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Astronomers detect bizarre superfluid in core of neutron star

This composite image shows an X-ray and optical view of Cassiopeia A, a supernova remnant in the Milky Way Galaxy about 11,000 light years away. (X-ray: NASA/CXC/ Southampton/W. Ho et al.; Illustration: NASA/CXC/M.Weiss)

NASA’s Chandra X-ray Observatory has discovered the first direct evidence for a superfluid, a bizarre, friction-free state of matter, at the core of a neutron star. Superfluids created in laboratories on Earth exhibit remarkable properties, such as the ability to climb upward and escape airtight containers. The finding has important implications for understanding nuclear interactions in matter at the highest known densities.


Neutron stars contain the densest known matter that is directly observable. One teaspoon of neutron star material weighs six billion tons. The pressure in the star’s core is so high that most of the charged particles, electrons and protons, merge resulting in a star composed mostly of uncharged particles called neutrons.

Two independent research teams studied the supernova remnant Cassiopeia A, the remains of a massive star 11,000 light years away. Chandra data found a rapid decline in the temperature of the ultra-dense neutron star that remained after the supernova, showing that it had cooled by about four percent over a 10-year period.

This Chandra X-ray Observatory video shows the central region of the supernova remnant Cassiopeia A the remains of a massive star that exploded in our galaxy. Evidence for a bizarre superfluid has been found at the core of a neutron star at the center of Cassiopeia A.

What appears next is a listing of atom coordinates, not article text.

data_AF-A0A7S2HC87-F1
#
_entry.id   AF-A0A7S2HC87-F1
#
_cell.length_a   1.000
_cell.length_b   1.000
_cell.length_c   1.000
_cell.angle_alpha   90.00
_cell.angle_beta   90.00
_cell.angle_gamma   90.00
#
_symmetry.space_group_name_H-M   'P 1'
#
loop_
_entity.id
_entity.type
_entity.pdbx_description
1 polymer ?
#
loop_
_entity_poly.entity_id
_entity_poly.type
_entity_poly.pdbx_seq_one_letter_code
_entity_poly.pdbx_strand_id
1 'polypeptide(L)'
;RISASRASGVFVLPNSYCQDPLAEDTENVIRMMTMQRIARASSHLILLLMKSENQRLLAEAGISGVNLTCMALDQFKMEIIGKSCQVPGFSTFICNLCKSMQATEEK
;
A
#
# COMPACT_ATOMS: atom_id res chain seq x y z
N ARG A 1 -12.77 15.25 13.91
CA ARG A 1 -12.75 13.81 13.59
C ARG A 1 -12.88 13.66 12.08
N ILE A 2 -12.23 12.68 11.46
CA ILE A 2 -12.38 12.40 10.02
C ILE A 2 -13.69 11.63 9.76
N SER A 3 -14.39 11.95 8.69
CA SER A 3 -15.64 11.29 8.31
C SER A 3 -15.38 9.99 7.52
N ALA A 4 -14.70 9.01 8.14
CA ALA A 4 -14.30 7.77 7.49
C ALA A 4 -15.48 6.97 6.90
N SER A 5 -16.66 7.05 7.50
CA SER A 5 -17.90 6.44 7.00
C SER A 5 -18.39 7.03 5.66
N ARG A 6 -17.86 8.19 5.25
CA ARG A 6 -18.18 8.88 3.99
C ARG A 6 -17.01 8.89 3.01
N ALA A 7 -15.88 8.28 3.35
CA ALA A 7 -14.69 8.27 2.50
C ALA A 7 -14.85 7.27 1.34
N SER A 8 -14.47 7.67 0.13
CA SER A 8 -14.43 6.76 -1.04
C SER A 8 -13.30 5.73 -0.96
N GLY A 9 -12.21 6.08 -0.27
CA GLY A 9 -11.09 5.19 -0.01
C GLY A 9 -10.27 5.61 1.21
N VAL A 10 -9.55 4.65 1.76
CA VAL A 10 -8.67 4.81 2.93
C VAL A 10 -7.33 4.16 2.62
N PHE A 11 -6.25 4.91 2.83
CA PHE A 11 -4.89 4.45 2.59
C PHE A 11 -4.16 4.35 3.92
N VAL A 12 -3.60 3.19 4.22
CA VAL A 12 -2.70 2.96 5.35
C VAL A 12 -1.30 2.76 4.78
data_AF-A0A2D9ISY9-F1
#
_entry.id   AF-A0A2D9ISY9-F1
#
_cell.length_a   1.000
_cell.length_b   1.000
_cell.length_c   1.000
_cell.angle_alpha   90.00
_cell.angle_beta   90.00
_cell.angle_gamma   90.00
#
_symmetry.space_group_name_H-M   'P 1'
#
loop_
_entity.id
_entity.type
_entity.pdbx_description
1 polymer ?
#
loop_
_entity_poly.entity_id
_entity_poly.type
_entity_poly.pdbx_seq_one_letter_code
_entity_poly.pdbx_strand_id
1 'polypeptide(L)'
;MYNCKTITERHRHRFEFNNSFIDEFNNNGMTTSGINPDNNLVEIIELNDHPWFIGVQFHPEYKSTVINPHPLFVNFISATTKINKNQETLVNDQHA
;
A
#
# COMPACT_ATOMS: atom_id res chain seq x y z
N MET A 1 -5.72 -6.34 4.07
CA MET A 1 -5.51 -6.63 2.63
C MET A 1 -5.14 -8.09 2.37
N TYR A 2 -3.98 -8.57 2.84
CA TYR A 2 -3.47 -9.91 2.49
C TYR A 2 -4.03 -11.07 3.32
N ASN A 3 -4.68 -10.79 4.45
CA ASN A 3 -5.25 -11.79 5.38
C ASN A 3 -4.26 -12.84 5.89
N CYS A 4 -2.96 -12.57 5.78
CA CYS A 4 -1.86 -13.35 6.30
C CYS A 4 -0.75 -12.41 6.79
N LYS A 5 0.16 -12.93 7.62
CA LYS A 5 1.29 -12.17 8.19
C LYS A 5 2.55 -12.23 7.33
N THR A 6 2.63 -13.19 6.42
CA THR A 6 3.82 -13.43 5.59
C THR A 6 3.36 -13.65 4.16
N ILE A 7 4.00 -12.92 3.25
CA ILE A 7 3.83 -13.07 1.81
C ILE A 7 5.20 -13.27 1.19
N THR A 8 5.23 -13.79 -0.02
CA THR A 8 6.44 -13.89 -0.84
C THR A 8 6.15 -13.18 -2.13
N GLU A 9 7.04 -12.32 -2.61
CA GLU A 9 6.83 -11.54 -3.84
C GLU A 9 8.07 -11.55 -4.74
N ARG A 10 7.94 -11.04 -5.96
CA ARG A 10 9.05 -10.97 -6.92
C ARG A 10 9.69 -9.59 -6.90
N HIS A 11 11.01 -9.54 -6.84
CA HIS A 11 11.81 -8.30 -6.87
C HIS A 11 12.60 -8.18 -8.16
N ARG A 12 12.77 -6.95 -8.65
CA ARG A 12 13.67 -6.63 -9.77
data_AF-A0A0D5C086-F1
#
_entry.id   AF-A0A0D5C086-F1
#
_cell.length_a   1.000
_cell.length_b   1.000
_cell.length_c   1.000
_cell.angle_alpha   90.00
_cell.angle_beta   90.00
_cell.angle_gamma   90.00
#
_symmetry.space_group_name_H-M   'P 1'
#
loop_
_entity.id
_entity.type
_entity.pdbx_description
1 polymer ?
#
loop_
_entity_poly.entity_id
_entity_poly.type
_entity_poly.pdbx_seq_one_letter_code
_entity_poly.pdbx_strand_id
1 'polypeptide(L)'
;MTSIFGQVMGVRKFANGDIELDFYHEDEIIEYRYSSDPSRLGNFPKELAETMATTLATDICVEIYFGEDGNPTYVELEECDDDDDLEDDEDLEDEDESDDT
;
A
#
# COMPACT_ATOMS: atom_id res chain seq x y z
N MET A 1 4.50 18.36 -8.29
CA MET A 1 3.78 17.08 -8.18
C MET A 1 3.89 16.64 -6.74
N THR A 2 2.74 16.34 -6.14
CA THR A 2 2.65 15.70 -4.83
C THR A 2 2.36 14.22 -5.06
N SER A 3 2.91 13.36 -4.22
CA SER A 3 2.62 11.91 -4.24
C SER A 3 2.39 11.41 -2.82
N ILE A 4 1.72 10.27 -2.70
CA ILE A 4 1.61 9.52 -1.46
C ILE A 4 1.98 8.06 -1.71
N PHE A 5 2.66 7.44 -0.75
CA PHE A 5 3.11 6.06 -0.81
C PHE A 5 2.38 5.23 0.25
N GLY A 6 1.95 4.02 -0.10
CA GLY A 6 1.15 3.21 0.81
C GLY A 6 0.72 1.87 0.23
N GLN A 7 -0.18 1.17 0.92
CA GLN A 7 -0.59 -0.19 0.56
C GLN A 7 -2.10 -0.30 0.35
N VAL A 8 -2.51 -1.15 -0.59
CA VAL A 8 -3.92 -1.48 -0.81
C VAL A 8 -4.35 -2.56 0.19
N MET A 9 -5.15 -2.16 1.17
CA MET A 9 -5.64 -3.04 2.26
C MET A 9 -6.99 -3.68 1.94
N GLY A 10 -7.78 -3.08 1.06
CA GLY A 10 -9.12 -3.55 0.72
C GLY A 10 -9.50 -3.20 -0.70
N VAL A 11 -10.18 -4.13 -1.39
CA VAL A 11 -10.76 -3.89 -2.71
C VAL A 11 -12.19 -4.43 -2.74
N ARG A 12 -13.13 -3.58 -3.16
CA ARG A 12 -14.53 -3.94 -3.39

“The rapid cooling in Cassiopeia A’s neutron star, seen with Chandra, is the first direct evidence that the cores of these neutron stars are, in fact, made of superfluid and superconducting material,” said Peter Shternin of the Ioffe Institute in St. Petersburg, Russia, leader of a team whose paper was accepted in the journal Monthly Notices of the Royal Astronomical Society. Daniel Patnaude of the Harvard-Smithsonian Center for Astrophysics is one of the paper’s co-authors.

“This drop in temperature, although it sounds small, was really dramatic and surprising to see,” said Dany Page of the National Autonomous University in Mexico, leader of a team with a paper published in the February 25 issue of the journal Physical Review Letters.

Superfluids containing charged particles are also superconductors, meaning they act as perfect electrical conductors and never lose energy. The new results strongly suggest that the remaining protons in the star’s core are in a superfluid state and, because they carry a charge, form a superconductor.

Both teams show that this rapid cooling is explained by the formation of a neutron superfluid in the core of the neutron star within about the last 100 years as seen from Earth. The rapid cooling is expected to continue for a few decades and then slow down.–Chandra X-Ray Observatory Web site


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